Where do we go on anesthesia?
Tononi suggests that this change happens because anesthesia interferes with the brain’s mass transit system. Individual parts of the cortex can still respond to a stimulus. But the brain can’t move these signals around to other parts to create a single unified experience.
Tononi argues that the difference between brain music and brain noise defines the very nature of consciousness. Consciousness is the brain’s ability to be in a complex state, even in response to a simple stimulus like a tone. The vast number of different states our brains can enter when we are aware gives consciousness its marvelously rich feeling. In order to produce those states, the brain needs lots of neural elements that are active and able to respond, as well as the mass transit system that links them all together.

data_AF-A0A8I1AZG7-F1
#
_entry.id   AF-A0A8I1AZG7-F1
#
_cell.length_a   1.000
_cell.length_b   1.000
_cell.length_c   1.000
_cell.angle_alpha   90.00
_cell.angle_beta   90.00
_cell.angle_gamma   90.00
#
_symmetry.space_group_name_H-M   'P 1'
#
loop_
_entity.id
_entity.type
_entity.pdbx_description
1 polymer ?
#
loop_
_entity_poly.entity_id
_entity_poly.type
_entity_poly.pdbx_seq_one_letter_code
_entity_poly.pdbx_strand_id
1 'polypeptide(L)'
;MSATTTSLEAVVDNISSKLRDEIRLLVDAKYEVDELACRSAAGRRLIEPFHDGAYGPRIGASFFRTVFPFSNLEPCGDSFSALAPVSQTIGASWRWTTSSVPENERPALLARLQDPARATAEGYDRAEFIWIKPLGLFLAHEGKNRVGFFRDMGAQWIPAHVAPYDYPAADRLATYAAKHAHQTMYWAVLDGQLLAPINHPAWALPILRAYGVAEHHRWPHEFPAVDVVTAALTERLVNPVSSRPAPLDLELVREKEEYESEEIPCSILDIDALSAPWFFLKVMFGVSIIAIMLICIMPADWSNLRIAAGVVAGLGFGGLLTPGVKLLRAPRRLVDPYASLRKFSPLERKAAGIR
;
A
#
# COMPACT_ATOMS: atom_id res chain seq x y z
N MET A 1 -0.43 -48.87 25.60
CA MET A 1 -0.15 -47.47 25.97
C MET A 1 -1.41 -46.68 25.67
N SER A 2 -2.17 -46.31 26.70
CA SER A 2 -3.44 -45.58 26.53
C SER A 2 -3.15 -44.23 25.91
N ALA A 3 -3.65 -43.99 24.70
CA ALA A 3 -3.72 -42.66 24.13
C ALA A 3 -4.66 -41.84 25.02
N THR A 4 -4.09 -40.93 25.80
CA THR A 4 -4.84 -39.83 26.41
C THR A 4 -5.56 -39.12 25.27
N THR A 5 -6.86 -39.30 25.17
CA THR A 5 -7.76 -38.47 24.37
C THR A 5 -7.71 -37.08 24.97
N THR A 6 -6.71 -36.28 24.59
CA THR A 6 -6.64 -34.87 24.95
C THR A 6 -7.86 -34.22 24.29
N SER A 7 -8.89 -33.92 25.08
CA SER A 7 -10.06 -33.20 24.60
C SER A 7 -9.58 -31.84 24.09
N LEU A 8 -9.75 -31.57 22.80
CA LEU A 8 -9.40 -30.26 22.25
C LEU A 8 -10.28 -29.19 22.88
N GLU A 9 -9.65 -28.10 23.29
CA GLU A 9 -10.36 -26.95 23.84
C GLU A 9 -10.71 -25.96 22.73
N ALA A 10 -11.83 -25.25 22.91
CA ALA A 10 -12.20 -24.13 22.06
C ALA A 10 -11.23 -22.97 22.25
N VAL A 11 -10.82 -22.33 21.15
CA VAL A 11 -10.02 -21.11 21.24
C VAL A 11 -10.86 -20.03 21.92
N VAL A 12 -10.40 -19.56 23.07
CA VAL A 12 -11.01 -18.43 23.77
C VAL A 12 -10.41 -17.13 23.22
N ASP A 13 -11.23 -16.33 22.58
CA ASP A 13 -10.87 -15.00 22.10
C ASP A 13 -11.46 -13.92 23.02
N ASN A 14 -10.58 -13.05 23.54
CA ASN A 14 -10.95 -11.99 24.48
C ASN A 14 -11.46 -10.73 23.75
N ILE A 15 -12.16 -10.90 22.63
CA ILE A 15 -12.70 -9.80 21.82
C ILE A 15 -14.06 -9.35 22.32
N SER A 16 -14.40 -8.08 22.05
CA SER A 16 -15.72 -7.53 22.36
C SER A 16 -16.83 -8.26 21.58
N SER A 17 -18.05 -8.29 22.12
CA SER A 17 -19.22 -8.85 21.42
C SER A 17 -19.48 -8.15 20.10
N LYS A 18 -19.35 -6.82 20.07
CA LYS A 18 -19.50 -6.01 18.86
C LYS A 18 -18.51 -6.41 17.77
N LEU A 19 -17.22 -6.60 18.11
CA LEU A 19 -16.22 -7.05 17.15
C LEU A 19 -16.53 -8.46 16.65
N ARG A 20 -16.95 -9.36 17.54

Working from this hypothesis, Tononi and his colleagues are trying to develop tools that can monitor levels of consciousness in anesthetized patients. They are also developing software to measure the complexity of the brain’s responses to stimuli. If Tononi’s idea is correct, anesthesiologists may be moving toward being able to gauge consciousness much as doctors gauge a patient’s temperature with a thermometer. Perhaps some of the mystery of consciousness itself–a question that has vexed philosophers for centuries–will be solved on the operating table.</em>